Viz Media May Have the Best Digital Distribution Yet in Comics [Review]
The manga industry sorely needs a workable digital distribution model. Manga piracy has become deeply ingrained in the culture of its readers, and publishers need to attempt to offer solutions for the people who pirate manga because the volumes they want aren't available locally or in a format they enjoy, rather than those who pirate just to get free manga or despise the official translations. With Viz Media's recent introduction of VizManga.com, a very nice Flash-powered manga reader, they've taken the biggest step yet in the right direction.
Viz's library of over 300 titles -- including the mega-popular Naruto series -- is now available on both the web and their iPad app, where purchased titles can sync between platforms. We've reviewed Viz's digital comics readers, and interviewed Brian Piech, the Vice President of Digital Publishing for VIZ Media.
The best word for VizManga is "clean." The site puts what's important front and center: the comics. If you open one of the many free previews available on the site, such as the one for Eiichiro Oda's One Piece, you'll see a strip at the top of the site with the logo and minor navigation features, and then the comic directly below that.
You can navigate the pages with your keyboard or by clicking on the translucent arrows that appear when you mouse over the edges of the book. For the best reading experience, you have to mouse over the upper edge of the manga. This reveals a menu bar that lets you go full screen, which is the best way to read manga on the site. Pages appear as spreads, rather than singly, so reading on VizManga feels similar to reading a print book. You can also set bookmarks, which are synced on both the web and iOS app, to save your place.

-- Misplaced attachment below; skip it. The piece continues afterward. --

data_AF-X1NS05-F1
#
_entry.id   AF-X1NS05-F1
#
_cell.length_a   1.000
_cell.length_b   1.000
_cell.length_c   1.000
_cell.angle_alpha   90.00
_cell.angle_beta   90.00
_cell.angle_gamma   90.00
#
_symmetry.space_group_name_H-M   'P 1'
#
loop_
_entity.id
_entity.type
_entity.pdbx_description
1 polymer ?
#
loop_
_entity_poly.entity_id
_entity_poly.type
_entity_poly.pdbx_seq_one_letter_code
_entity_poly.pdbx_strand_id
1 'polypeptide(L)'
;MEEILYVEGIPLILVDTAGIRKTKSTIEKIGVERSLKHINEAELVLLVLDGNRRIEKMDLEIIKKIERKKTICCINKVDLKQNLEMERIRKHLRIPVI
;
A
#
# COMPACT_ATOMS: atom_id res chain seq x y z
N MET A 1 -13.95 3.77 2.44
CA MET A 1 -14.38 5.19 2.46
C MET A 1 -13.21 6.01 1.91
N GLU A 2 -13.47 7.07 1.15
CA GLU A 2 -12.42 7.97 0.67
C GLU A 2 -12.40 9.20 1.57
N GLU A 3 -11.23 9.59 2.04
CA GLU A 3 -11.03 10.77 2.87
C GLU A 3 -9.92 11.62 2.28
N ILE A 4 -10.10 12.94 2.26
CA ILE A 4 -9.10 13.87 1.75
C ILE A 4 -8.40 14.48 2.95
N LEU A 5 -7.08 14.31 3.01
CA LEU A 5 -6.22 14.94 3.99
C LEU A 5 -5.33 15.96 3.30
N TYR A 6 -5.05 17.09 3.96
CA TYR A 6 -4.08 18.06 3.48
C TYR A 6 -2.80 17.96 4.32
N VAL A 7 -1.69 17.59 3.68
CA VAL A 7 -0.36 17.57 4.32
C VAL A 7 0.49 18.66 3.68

The web reader is simple and easy, with one relatively small hitch. Instead of downloading the manga, you stream it off Viz's servers, and it appears to only buffer a page at time in advance. If you read particularly fast, or if you are skimming through a manga, you're going to see several floating loading bars. They go away quickly, but it's still something that will pull you out of the reading experience.
Regardless, VizManga operates with a minimum of fuss. It's great for catching up on a book over lunchtime, and you can purchase volumes on the web and read them within seconds.
The iOS app, which I tested using an iPad, is still a better reading experience. Having a dedicated device is nice, and makes reading digital manga more of a discrete experience onto itself, rather than something that happens between switching from Facebook to an Excel sheet. You can set push notifications on a per-series basis, too, so that you are updated as soon as new books are added to the store.
You can read manga in both portrait (where it appears as a single page) and landscape (where it appears as a two page spread) orientations. Portrait gives you a larger page, which is very nice, but landscape feels a bit more natural to me. They're both quality ways to read manga, and it's easy to adjust your reading experience to your preferred orientation.